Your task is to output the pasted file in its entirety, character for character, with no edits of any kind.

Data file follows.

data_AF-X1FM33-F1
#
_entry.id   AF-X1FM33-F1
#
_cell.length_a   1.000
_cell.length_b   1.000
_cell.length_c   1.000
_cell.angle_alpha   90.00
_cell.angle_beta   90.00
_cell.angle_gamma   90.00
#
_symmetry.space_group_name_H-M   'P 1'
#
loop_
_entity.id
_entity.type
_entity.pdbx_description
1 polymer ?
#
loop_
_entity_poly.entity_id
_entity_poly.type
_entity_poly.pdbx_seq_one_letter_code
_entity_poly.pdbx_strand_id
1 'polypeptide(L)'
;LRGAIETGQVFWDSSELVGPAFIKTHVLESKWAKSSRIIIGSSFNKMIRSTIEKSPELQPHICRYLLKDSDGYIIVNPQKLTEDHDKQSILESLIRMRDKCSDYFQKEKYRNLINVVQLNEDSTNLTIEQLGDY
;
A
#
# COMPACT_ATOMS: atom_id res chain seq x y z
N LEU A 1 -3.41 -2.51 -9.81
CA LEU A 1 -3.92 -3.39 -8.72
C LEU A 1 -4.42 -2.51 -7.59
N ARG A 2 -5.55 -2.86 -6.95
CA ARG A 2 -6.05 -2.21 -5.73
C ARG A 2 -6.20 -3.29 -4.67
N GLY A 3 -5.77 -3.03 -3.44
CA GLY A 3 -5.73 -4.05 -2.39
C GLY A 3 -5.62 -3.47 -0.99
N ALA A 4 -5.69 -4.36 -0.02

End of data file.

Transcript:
data_AF-X1FM33-F1
#
_entry.id   AF-X1FM33-F1
#
_cell.length_a   1.000
_cell.length_b   1.000
_cell.length_c   1.000
_cell.angle_alpha   90.00
_cell.angle_beta   90.00
_cell.angle_gamma   90.00
#
_symmetry.space_group_name_H-M   'P 1'
#
loop_
_entity.id
_entity.type
_entity.pdbx_description
1 polymer ?
#
loop_
_entity_poly.entity_id
_entity_poly.type
_entity_poly.pdbx_seq_one_letter_code
_entity_poly.pdbx_strand_id
1 'polypeptide(L)'
;LRGAIETGQVFWDSSELVGPAFIKTHVLESKWAKSSRIIIGSSFNKMIRSTIEKSPELQPHICRYLLKDSDGYIIVNPQKLTEDHDKQSILESLIRMRDKCSDYFQKEKYRNLINVVQLNEDSTNLTIEQLGDY
;
A
#
# COMPACT_ATOMS: atom_id res chain seq x y z
N LEU A 1 -3.41 -2.51 -9.81
CA LEU A 1 -3.92 -3.39 -8.72
C LEU A 1 -4.42 -2.51 -7.59
N ARG A 2 -5.55 -2.86 -6.95
CA ARG A 2 -6.05 -2.21 -5.73
C ARG A 2 -6.20 -3.29 -4.67
N GLY A 3 -5.77 -3.03 -3.44
CA GLY A 3 -5.73 -4.05 -2.39
C GLY A 3 -5.62 -3.47 -0.99
N ALA A 4 -5.69 -4.36 -0.02